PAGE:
The United States for much of its history saw Britain as the great enemy of American democracy and Manifest Destiny. This was in part the Revolutionary War experience and perhaps even more the War of 1812 and the impressment issue. There were also other entanglements, including Florida, the Canadian border and Oregon. Anerica had invaded Canada twice and there was a real poosibility of war over Oregon (1840s). The major test of Anglo-Anerican relations was the American Civil War (1860s). There was considerable sympathy for the Condederacy among the English upper class, in part because it would have divided a potentially dangerous rival. Thankfully, wiser heads like Prince Albert helped to avoid involvement. Some immigrant groups, especially the Irish, were strongly anti-English. This anti-English sentiment appeared in popular weriting. A good example is Little Lord Fauntleroy. The last major Anglo-American crisis was over Venezuela (1890s). America fought alongside Britain in World War I. After the War, however, many Americans came to feel that participation in the War was a mistake and that Bitain had dupoed the United states in entering the War. President Roosevelt not only faced a strongly isolationist America, but considerable lingering anti-British feeling. The British for their part viewed American naval power with suspicion and as late as he 1920s, Royal Navy planning assessed America as a possible adversary. The American upper class was stronly pro-British. The same was not true of working-class Americans. Many Americans in the 1920s and 30s, however, still saw the world through the lens of their ethnic backgrounds. The British were hated by many Irish Americans. This was not just a result of the Potato Famine of the 1840s which propelled many Irish to emigrate to America, but the fight for Irish independence throughout the 19th century was propelled to the forefront by the 1916 Easter Rebellion. The terror of the IRA and the counter terror of the Black and Tans generated passions to a fever pitch in the 1920s. American politicians, especially those courting the Irish vote still made inflammatory statements in the 1920s. The mayor of Chicago threatened to poke King George V in the nose if he ever came to the city. The rise to power of Hitler and the forging of the Axis alliance between Germany and Italy generated anti-British feelings among some German and Italian Americans. But the much more prevalent attitude was that Britain was not going to drag America into another European war.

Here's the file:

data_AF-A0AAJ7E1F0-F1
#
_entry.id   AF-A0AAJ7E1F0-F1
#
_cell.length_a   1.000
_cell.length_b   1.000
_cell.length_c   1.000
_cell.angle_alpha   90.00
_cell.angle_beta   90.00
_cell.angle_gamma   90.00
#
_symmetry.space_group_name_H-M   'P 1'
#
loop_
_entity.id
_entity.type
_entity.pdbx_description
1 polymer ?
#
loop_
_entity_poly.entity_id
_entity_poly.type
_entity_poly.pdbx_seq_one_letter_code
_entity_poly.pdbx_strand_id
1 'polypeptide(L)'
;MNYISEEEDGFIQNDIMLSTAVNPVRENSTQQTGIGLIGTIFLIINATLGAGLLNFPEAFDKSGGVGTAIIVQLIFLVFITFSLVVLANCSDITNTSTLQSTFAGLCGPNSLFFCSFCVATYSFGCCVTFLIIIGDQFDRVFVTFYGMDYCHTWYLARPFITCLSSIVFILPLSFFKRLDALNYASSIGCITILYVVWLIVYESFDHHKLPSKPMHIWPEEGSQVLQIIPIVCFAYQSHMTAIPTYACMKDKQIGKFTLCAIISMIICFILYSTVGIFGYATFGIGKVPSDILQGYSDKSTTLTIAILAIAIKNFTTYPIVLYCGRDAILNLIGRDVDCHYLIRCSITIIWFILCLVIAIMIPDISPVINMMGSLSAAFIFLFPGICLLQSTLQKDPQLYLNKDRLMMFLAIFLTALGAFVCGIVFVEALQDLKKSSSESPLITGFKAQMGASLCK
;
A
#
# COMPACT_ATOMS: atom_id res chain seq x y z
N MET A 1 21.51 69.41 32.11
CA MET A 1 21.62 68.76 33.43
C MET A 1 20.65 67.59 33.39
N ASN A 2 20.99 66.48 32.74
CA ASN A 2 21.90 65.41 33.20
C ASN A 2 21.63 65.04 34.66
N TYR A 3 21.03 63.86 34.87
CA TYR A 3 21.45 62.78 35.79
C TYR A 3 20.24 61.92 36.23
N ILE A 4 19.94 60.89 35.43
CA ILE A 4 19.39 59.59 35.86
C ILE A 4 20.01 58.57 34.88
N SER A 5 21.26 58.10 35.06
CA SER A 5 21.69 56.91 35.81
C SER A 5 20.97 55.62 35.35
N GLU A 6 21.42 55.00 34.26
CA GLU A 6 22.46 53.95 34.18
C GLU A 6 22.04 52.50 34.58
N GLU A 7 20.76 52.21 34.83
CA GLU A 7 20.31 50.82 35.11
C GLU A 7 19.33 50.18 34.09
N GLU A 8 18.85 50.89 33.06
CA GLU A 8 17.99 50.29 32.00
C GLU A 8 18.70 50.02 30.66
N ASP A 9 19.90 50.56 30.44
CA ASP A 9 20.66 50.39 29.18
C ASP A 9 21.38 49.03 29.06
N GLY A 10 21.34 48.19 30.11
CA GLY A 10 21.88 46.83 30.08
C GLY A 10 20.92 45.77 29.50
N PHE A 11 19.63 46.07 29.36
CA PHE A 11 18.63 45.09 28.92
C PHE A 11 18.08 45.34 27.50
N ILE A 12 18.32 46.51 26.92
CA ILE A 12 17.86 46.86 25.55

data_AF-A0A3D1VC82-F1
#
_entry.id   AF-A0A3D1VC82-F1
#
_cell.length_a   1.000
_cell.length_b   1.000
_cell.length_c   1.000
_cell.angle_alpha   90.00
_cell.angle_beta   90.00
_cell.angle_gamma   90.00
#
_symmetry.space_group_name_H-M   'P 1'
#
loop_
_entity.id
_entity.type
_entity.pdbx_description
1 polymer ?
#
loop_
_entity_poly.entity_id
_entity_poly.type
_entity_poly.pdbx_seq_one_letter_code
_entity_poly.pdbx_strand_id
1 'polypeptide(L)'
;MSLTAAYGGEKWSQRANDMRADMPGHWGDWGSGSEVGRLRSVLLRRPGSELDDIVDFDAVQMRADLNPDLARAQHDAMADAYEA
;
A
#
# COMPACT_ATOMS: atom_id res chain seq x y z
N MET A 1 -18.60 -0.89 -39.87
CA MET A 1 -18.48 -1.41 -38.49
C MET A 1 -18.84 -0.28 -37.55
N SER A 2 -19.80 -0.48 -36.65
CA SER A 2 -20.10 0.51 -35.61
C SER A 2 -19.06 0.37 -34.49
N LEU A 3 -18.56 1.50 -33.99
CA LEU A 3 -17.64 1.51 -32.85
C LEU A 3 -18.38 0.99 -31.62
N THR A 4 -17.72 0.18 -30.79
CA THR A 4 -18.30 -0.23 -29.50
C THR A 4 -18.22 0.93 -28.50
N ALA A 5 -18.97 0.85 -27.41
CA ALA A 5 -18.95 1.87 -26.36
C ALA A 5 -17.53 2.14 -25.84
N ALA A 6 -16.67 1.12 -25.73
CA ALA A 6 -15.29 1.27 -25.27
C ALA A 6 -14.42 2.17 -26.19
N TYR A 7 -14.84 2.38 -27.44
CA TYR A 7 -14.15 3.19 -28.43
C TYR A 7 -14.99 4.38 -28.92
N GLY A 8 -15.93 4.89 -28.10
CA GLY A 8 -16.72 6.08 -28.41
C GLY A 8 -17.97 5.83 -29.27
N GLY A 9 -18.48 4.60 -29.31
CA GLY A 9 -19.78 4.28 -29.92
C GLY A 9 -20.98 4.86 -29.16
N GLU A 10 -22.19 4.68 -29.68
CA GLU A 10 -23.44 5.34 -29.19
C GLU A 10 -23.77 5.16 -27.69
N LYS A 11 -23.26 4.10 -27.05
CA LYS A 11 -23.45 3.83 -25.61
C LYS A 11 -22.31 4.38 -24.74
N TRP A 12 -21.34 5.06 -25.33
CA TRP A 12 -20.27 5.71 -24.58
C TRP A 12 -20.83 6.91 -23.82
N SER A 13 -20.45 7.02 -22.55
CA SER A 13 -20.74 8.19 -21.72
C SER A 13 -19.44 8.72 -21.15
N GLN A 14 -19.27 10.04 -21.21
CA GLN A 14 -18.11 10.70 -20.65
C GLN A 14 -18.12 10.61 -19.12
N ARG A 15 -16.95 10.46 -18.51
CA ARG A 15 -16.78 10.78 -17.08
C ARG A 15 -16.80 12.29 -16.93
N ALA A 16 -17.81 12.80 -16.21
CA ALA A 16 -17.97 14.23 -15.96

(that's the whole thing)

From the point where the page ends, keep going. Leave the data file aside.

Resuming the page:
President Roosevelt first used the term "Arsenal of Democracy" on December 29, 1940 in a radio broadcast to the American people. Her explained the importance of supplying the people of Europe, at the time primarily Britain with the "implements of war". He said that the Unites States "must be the great arsenal of democracy". The very day he spoke, a Luftwaffe raid on London severely damaged famous buildings and churches in the city